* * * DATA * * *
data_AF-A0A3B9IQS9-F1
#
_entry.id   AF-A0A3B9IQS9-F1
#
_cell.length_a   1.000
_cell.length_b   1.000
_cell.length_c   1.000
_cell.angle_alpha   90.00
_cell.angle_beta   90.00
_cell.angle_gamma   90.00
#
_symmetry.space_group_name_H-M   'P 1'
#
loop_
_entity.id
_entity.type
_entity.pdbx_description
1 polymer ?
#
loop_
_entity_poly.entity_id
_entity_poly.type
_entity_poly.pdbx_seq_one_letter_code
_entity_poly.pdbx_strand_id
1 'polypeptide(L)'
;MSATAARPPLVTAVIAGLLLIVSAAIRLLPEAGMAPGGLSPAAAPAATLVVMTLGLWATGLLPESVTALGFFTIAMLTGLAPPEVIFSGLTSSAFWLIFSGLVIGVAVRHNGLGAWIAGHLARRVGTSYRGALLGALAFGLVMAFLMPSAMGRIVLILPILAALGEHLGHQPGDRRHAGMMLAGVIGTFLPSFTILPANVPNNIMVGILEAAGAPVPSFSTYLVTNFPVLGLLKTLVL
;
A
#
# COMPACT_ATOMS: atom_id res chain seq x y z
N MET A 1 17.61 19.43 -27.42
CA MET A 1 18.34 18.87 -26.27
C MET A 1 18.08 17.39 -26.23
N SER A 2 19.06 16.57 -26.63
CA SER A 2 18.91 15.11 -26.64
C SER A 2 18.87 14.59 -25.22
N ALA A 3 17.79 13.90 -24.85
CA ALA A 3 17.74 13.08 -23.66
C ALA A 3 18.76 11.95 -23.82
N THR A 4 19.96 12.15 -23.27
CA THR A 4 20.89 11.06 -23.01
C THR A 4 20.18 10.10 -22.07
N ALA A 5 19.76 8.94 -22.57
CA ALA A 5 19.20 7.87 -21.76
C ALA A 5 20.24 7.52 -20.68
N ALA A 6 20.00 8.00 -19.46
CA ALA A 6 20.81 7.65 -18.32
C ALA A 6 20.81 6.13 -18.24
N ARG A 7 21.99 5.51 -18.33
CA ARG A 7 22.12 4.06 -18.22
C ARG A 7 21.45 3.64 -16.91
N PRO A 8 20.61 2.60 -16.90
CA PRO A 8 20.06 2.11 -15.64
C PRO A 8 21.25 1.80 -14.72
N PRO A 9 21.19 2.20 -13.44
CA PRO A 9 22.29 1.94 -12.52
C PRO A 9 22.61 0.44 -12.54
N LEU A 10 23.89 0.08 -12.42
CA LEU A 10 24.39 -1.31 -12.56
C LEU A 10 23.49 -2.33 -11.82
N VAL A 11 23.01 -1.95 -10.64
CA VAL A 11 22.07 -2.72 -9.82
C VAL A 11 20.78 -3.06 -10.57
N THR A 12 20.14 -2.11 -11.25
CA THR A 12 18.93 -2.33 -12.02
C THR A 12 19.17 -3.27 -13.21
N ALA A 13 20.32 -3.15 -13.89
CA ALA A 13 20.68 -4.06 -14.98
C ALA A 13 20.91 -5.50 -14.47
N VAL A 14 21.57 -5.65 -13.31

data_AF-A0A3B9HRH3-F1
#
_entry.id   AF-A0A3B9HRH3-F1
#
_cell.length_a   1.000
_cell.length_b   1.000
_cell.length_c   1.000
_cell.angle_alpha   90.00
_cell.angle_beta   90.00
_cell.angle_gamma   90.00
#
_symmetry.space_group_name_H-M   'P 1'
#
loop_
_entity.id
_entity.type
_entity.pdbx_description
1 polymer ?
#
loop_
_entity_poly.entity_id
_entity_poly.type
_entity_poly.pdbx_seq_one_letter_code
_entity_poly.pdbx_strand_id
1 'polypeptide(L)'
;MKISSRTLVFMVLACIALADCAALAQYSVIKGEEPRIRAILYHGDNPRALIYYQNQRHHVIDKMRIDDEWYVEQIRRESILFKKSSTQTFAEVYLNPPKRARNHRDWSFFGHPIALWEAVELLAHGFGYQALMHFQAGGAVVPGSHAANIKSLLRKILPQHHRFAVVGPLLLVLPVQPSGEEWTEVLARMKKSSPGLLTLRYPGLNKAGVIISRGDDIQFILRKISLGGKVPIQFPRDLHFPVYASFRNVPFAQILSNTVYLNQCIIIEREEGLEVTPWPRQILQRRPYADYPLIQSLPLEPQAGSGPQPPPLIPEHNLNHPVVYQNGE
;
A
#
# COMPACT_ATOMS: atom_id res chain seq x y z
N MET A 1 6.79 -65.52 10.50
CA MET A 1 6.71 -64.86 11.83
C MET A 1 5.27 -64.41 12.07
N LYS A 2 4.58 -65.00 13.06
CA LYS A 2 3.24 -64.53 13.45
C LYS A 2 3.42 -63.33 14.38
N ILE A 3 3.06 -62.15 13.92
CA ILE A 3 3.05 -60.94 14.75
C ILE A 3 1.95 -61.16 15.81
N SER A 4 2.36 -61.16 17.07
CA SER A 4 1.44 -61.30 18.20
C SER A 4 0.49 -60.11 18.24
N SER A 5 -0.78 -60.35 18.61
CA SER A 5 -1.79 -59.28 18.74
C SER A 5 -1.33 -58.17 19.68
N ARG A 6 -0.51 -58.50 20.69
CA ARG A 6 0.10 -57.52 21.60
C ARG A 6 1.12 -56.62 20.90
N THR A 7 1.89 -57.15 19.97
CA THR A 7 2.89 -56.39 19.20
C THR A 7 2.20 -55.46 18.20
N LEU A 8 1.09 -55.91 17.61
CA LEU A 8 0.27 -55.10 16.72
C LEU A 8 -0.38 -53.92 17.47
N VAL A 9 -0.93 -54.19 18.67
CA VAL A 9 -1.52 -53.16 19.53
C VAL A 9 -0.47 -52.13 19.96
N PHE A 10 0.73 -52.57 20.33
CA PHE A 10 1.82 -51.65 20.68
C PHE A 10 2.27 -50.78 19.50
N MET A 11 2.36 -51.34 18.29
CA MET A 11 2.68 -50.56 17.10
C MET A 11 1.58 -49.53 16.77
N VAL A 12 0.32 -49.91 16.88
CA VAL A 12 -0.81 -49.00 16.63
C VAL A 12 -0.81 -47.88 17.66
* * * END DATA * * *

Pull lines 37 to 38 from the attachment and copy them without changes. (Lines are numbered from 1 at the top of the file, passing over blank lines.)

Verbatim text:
N ALA A 3 17.79 13.90 -24.85
CA ALA A 3 17.74 13.08 -23.66